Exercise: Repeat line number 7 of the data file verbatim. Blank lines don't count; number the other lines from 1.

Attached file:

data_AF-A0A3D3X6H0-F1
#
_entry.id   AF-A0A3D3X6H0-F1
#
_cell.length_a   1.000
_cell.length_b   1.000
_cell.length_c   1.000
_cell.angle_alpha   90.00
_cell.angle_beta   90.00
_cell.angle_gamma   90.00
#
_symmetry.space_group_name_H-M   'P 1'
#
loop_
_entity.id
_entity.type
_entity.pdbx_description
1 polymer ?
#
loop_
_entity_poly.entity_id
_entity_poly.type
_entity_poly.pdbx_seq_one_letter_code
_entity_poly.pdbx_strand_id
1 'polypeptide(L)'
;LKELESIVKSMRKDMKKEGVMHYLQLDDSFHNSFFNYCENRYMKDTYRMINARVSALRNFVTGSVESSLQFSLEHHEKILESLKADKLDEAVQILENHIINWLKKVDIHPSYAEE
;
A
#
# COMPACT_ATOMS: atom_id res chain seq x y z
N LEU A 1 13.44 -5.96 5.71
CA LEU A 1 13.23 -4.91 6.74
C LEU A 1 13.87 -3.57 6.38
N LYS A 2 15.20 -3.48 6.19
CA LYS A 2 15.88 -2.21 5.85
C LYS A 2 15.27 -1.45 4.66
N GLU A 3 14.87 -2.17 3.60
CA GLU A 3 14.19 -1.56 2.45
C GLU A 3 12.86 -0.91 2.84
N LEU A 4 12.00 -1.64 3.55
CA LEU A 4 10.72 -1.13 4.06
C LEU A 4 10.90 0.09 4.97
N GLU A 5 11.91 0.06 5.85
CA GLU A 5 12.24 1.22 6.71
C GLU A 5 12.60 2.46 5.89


_cell.length_c   1.000